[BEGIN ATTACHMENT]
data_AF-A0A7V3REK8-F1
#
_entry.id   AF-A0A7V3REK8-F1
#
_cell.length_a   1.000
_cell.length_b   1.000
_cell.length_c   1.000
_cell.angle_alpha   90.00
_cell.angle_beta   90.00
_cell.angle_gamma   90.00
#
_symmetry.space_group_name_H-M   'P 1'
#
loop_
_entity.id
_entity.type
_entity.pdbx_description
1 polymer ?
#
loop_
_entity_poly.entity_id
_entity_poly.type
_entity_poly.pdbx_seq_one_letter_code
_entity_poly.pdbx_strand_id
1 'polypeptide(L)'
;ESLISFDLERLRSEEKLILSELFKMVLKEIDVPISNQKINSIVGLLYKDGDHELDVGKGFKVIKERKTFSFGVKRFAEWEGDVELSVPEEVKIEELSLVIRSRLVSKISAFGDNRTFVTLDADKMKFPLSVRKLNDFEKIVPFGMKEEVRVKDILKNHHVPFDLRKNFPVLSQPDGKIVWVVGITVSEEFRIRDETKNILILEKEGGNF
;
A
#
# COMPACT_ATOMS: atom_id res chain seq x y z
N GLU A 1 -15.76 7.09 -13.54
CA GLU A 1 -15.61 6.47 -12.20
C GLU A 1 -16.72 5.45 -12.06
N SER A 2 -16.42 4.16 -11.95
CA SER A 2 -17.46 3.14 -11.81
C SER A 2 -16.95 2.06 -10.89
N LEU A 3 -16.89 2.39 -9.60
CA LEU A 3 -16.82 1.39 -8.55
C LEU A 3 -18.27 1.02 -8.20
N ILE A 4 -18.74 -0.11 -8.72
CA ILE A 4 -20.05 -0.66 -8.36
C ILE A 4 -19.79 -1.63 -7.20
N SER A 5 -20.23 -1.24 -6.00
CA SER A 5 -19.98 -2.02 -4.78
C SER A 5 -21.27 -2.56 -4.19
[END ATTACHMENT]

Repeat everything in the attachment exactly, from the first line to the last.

data_AF-A0A7V3REK8-F1
#
_entry.id   AF-A0A7V3REK8-F1
#
_cell.length_a   1.000
_cell.length_b   1.000
_cell.length_c   1.000
_cell.angle_alpha   90.00
_cell.angle_beta   90.00
_cell.angle_gamma   90.00
#
_symmetry.space_group_name_H-M   'P 1'
#
loop_
_entity.id
_entity.type
_entity.pdbx_description
1 polymer ?
#
loop_
_entity_poly.entity_id
_entity_poly.type
_entity_poly.pdbx_seq_one_letter_code
_entity_poly.pdbx_strand_id
1 'polypeptide(L)'
;ESLISFDLERLRSEEKLILSELFKMVLKEIDVPISNQKINSIVGLLYKDGDHELDVGKGFKVIKERKTFSFGVKRFAEWEGDVELSVPEEVKIEELSLVIRSRLVSKISAFGDNRTFVTLDADKMKFPLSVRKLNDFEKIVPFGMKEEVRVKDILKNHHVPFDLRKNFPVLSQPDGKIVWVVGITVSEEFRIRDETKNILILEKEGGNF
;
A
#
# COMPACT_ATOMS: atom_id res chain seq x y z
N GLU A 1 -15.76 7.09 -13.54
CA GLU A 1 -15.61 6.47 -12.20
C GLU A 1 -16.72 5.45 -12.06
N SER A 2 -16.42 4.16 -11.95
CA SER A 2 -17.46 3.14 -11.81
C SER A 2 -16.95 2.06 -10.89
N LEU A 3 -16.89 2.39 -9.60
CA LEU A 3 -16.82 1.39 -8.55
C LEU A 3 -18.27 1.02 -8.20
N ILE A 4 -18.74 -0.11 -8.72
CA ILE A 4 -20.05 -0.66 -8.36
C ILE A 4 -19.79 -1.63 -7.20
N SER A 5 -20.23 -1.24 -6.00
CA SER A 5 -19.98 -2.02 -4.78
C SER A 5 -21.27 -2.56 -4.19